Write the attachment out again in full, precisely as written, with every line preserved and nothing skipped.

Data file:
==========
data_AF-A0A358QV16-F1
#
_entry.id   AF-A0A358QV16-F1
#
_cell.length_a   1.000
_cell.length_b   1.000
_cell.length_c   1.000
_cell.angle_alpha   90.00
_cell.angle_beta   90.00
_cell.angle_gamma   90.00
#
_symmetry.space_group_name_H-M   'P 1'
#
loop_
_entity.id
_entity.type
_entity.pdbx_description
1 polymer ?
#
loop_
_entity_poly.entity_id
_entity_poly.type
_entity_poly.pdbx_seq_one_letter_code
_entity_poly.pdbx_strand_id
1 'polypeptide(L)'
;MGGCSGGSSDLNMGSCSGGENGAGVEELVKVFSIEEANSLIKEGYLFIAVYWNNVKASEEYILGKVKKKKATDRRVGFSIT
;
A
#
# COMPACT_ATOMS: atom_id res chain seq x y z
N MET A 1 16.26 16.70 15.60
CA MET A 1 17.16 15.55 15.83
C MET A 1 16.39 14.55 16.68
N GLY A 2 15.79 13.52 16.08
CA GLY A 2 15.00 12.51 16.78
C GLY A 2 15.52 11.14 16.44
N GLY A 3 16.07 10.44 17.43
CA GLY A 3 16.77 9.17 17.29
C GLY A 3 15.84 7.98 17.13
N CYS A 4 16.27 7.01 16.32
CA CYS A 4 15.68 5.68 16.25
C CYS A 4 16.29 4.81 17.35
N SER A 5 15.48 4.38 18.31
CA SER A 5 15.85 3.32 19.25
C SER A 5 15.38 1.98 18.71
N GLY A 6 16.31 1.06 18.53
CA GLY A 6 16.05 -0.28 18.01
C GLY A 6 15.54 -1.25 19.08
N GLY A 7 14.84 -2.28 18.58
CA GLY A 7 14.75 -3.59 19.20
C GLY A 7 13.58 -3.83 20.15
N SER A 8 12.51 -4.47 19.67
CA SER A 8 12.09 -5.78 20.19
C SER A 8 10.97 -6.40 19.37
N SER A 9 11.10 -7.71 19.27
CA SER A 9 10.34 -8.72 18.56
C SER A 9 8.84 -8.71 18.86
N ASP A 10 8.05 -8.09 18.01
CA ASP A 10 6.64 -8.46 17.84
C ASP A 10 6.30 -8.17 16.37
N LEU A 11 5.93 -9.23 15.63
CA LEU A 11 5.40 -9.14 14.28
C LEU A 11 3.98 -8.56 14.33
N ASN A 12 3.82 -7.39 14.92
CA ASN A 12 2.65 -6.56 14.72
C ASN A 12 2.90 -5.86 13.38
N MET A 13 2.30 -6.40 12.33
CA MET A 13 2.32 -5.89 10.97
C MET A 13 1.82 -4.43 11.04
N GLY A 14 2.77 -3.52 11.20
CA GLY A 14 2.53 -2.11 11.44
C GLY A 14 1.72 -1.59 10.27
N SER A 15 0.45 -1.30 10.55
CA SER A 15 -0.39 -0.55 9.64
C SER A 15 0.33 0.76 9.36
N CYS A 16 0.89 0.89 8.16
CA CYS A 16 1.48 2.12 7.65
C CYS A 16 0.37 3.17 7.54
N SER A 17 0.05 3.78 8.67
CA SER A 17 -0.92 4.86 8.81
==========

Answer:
data_AF-A0A358QV16-F1
#
_entry.id   AF-A0A358QV16-F1
#
_cell.length_a   1.000
_cell.length_b   1.000
_cell.length_c   1.000
_cell.angle_alpha   90.00
_cell.angle_beta   90.00
_cell.angle_gamma   90.00
#
_symmetry.space_group_name_H-M   'P 1'
#
loop_
_entity.id
_entity.type
_entity.pdbx_description
1 polymer ?
#
loop_
_entity_poly.entity_id
_entity_poly.type
_entity_poly.pdbx_seq_one_letter_code
_entity_poly.pdbx_strand_id
1 'polypeptide(L)'
;MGGCSGGSSDLNMGSCSGGENGAGVEELVKVFSIEEANSLIKEGYLFIAVYWNNVKASEEYILGKVKKKKATDRRVGFSIT
;
A
#
# COMPACT_ATOMS: atom_id res chain seq x y z
N MET A 1 16.26 16.70 15.60
CA MET A 1 17.16 15.55 15.83
C MET A 1 16.39 14.55 16.68
N GLY A 2 15.79 13.52 16.08
CA GLY A 2 15.00 12.51 16.78
C GLY A 2 15.52 11.14 16.44
N GLY A 3 16.07 10.44 17.43
CA GLY A 3 16.77 9.17 17.29
C GLY A 3 15.84 7.98 17.13
N CYS A 4 16.27 7.01 16.32
CA CYS A 4 15.68 5.68 16.25
C CYS A 4 16.29 4.81 17.35
N SER A 5 15.48 4.38 18.31
CA SER A 5 15.85 3.32 19.25
C SER A 5 15.38 1.98 18.71
N GLY A 6 16.31 1.06 18.53
CA GLY A 6 16.05 -0.28 18.01
C GLY A 6 15.54 -1.25 19.08
N GLY A 7 14.84 -2.28 18.58
CA GLY A 7 14.75 -3.59 19.20
C GLY A 7 13.58 -3.83 20.15
N SER A 8 12.51 -4.47 19.67
CA SER A 8 12.09 -5.78 20.19
C SER A 8 10.97 -6.40 19.37
N SER A 9 11.10 -7.71 19.27
CA SER A 9 10.34 -8.72 18.56
C SER A 9 8.84 -8.71 18.86
N ASP A 10 8.05 -8.09 18.01
CA ASP A 10 6.64 -8.46 17.84
C ASP A 10 6.30 -8.17 16.37
N LEU A 11 5.93 -9.23 15.63
CA LEU A 11 5.40 -9.14 14.28
C LEU A 11 3.98 -8.56 14.33
N ASN A 12 3.82 -7.39 14.92
CA ASN A 12 2.65 -6.56 14.72
C ASN A 12 2.90 -5.86 13.38
N MET A 13 2.30 -6.40 12.33
CA MET A 13 2.32 -5.89 10.97
C MET A 13 1.82 -4.43 11.04
N GLY A 14 2.77 -3.52 11.20
CA GLY A 14 2.53 -2.11 11.44
C GLY A 14 1.72 -1.59 10.27
N SER A 15 0.45 -1.30 10.55
CA SER A 15 -0.39 -0.55 9.64
C SER A 15 0.33 0.76 9.36
N CYS A 16 0.89 0.89 8.16
CA CYS A 16 1.48 2.12 7.65
C CYS A 16 0.37 3.17 7.54
N SER A 17 0.05 3.78 8.67
CA SER A 17 -0.92 4.86 8.81